Do Employers Have to Provide Accommodations for Pregnant Employees?

By Christopher Coble, Esq. on June 05, 2015 | Last updated on March 21, 2019

Hot on the heels of John Oliver's evisceration of America's abysmal family leave benefits for new parents, Congress is trying to strengthen employment protections for some soon-to-be parents. A new, bipartisan bill would require employers to provide reasonable accommodations for pregnant employees.

The new legislation comes in response to a recent Supreme Court ruling which said that employment policies that provide accommodations for disabled workers must do the same for pregnant workers. So how are pregnant employees protected now, and how might they be under the proposed new law?

A Different Kind of PDA

The Pregnancy Discrimination Act requires employers to treat pregnant employees the same as other employees. Employers cannot discriminate based on pregnancy when it comes to hiring, firing, pay, or work assignments. Specifically, the PDA requires employers to:

  • Treat pregnant employees like any other temporarily disabled employees if they are temporarily unable to perform their job;
  • Refrain from and prevent any harassment based on pregnancy, childbirth, or medical condition based on pregnancy; and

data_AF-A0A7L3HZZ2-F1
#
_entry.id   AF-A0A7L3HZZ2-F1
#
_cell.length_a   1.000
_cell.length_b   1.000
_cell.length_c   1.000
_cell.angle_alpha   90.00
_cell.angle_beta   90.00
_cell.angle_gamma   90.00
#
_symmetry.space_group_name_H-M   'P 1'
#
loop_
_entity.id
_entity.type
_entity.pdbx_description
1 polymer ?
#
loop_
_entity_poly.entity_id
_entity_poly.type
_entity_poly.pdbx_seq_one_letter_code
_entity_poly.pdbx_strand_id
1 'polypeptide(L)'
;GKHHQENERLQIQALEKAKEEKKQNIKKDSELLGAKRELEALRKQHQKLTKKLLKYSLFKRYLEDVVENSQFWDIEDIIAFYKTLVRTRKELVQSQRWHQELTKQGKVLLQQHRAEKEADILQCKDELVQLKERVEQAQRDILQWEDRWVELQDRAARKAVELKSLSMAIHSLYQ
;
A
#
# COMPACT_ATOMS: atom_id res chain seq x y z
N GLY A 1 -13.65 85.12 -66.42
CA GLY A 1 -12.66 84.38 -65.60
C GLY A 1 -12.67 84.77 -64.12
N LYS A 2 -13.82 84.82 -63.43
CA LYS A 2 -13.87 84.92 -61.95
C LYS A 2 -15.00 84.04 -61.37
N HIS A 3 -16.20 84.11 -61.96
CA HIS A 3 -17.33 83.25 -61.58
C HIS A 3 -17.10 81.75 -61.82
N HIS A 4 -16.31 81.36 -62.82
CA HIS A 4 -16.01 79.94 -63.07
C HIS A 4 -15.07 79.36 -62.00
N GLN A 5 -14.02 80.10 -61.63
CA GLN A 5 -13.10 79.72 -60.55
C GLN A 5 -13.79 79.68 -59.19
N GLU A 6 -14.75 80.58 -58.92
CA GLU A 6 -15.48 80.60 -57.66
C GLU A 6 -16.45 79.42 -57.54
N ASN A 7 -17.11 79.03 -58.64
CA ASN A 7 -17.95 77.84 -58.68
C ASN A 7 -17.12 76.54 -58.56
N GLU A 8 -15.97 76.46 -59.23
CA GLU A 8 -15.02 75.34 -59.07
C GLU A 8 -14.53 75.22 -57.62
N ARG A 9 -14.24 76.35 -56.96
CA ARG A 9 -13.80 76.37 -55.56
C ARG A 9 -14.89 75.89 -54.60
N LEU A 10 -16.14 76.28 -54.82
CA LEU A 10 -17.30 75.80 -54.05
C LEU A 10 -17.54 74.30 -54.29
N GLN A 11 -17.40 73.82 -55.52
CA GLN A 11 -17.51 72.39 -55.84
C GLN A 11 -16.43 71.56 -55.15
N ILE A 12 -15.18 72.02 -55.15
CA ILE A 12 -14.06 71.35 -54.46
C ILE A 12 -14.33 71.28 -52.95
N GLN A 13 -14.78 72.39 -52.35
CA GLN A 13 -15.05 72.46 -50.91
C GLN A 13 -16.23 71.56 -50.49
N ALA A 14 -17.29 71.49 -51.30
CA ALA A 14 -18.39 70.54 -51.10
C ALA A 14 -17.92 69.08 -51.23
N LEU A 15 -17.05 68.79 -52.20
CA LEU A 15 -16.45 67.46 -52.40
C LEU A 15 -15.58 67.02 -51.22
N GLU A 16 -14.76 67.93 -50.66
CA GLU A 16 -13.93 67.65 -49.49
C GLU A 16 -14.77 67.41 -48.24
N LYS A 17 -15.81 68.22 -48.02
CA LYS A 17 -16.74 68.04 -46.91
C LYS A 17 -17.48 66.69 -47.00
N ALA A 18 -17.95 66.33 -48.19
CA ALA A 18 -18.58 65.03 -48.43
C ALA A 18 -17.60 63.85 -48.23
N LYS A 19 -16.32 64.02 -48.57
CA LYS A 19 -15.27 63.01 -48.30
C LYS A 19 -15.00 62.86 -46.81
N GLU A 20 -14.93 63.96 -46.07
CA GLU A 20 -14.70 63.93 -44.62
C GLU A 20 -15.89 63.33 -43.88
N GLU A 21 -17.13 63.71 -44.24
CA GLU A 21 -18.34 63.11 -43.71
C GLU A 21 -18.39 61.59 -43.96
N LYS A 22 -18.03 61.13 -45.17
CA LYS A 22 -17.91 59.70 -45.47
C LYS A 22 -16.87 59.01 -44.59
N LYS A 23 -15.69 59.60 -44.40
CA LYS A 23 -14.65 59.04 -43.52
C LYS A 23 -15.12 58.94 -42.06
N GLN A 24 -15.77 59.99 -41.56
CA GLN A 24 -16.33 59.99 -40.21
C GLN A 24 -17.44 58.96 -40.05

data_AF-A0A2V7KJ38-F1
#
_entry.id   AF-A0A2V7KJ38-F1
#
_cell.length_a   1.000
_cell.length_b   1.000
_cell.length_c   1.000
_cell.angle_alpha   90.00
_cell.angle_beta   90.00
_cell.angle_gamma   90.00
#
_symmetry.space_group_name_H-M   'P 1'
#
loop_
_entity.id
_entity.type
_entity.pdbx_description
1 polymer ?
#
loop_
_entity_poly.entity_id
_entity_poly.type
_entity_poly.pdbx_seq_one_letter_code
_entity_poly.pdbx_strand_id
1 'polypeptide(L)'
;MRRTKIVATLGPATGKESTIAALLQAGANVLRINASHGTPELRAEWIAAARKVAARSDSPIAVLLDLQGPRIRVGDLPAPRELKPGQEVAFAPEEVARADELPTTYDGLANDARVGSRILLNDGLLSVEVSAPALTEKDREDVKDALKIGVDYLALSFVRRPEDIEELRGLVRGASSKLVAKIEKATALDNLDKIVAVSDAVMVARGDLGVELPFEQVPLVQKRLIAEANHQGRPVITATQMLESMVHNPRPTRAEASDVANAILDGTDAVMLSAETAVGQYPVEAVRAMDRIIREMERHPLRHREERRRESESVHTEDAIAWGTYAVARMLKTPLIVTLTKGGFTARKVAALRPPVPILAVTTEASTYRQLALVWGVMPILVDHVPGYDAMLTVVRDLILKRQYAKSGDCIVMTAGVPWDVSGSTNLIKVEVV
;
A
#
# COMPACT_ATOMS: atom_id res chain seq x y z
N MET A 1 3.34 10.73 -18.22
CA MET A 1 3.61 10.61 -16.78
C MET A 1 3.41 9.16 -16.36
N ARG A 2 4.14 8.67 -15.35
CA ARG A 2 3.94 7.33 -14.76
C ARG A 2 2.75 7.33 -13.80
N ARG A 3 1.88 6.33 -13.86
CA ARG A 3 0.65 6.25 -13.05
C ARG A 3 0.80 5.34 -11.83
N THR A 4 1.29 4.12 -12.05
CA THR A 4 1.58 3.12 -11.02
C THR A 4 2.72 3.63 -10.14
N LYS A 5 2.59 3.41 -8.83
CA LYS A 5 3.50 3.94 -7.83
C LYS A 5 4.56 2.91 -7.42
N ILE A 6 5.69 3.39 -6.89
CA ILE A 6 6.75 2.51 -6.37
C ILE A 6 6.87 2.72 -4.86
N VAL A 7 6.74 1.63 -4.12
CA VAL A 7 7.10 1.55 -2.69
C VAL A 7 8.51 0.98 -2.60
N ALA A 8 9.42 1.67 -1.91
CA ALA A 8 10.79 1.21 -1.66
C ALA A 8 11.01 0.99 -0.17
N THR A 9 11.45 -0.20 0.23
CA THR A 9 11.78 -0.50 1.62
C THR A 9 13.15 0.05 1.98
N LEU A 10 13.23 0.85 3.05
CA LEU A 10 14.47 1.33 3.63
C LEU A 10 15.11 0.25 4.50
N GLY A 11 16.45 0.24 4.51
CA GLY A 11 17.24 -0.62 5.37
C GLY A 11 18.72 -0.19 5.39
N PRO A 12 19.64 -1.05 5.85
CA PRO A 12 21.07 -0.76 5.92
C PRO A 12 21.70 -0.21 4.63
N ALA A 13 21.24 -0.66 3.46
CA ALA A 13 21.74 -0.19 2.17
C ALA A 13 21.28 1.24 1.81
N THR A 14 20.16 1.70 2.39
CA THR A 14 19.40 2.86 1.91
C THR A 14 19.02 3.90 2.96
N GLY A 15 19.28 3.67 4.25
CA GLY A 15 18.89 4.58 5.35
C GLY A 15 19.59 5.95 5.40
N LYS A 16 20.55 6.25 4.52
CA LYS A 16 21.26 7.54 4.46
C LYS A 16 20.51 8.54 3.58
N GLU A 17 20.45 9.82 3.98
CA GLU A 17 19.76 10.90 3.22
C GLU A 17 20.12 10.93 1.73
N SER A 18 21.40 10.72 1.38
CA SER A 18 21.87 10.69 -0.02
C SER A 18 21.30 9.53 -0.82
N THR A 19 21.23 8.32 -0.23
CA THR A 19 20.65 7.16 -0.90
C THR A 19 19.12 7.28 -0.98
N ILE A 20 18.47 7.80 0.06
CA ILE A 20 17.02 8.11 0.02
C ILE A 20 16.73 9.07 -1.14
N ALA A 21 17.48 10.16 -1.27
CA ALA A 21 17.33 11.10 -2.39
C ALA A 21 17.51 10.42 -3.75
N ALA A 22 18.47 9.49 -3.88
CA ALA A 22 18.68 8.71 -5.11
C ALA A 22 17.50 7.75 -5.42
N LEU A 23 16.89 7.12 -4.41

• Provide the same pregnancy, maternal, and parental leave to pregnant employees as it does to temporarily disabled employees.

Pregnant employees may also have protections under the Family Medical Leave Act, and many states have additional protections for workers who are pregnant or nursing.

A New Kind of Protection

The Supreme Court created a new rule for proving pregnancy discrimination: an employee must show that she was denied an accommodation that was granted to similarly situated, non-pregnant workers. The new bill, sponsored by Senator Bob Casey of Pennsylvania, would make pregnant employees as protected as any other in the workplace.

The increase of women in the workplace has been coupled with a rise in pregnancy discrimination claims. While it may be difficult for pregnant employees to prove they were passed over for promotions, claims that they were denied reasonable accommodations are somewhat easier, and this new bill will only help.

If you think you've been discriminated against based on your pregnancy, you may want to discuss your case with an experienced employment law attorney.

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